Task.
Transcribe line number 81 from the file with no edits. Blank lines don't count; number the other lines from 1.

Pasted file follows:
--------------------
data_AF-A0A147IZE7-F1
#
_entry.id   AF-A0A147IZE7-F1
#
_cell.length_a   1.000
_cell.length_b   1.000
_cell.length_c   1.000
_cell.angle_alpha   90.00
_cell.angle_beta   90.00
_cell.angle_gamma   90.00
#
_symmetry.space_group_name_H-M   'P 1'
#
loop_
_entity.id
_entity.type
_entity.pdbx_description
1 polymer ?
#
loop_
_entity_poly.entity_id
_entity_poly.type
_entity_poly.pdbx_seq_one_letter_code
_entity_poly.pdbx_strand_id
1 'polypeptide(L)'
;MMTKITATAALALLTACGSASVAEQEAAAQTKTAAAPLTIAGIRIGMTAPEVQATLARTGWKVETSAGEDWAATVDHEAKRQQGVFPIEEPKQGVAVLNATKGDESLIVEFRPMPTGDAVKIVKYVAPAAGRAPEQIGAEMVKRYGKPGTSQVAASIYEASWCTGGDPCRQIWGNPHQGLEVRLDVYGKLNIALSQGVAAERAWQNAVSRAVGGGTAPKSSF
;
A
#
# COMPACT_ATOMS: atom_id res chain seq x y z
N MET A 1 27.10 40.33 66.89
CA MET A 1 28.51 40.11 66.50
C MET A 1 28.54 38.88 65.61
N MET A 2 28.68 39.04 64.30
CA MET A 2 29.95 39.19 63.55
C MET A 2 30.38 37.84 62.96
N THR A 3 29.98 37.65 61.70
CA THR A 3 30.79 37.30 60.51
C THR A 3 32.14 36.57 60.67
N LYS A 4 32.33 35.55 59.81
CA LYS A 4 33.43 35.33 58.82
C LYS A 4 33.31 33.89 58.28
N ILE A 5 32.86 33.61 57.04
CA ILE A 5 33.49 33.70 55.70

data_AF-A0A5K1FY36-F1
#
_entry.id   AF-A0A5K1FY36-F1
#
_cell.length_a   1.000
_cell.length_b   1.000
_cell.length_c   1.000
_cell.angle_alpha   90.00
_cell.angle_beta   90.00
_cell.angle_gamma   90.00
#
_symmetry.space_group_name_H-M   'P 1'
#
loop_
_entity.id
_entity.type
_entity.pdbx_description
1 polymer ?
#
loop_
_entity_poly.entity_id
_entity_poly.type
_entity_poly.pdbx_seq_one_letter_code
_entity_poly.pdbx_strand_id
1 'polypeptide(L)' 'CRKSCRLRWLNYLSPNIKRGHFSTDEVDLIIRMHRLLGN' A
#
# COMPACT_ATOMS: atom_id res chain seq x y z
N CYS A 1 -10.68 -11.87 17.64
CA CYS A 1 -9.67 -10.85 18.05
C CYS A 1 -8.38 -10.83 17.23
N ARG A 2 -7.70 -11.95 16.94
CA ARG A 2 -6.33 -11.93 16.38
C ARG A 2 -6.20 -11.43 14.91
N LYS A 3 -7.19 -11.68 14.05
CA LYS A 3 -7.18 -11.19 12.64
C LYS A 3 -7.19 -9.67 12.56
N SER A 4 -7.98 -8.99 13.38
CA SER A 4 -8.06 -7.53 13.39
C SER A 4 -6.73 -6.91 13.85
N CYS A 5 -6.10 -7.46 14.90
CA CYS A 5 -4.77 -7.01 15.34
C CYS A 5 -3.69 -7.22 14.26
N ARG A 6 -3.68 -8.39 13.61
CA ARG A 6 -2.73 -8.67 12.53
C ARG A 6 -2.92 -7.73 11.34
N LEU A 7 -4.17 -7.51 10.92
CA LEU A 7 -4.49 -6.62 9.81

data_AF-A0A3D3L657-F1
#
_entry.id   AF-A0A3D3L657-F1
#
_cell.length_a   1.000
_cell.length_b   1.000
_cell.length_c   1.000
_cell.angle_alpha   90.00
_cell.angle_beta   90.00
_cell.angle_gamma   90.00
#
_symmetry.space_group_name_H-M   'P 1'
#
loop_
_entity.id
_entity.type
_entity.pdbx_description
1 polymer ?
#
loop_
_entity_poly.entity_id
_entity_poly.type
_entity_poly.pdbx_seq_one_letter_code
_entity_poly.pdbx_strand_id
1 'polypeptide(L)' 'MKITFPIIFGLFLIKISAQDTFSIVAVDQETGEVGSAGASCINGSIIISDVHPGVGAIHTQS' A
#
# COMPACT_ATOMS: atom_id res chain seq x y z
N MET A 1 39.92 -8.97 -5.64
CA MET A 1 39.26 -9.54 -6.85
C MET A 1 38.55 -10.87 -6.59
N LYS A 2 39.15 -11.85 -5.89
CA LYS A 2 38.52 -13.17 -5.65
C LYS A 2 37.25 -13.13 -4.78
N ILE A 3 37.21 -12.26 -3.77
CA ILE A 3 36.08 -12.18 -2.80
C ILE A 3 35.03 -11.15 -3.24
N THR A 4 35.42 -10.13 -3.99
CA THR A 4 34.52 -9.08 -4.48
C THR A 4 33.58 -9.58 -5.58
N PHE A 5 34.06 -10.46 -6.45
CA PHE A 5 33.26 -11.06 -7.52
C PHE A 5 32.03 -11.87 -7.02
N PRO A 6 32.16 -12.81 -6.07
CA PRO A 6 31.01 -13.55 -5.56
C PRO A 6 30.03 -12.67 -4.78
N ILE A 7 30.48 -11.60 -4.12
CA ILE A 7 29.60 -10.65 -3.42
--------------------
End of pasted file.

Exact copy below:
N SER A 4 -7.98 -8.99 13.38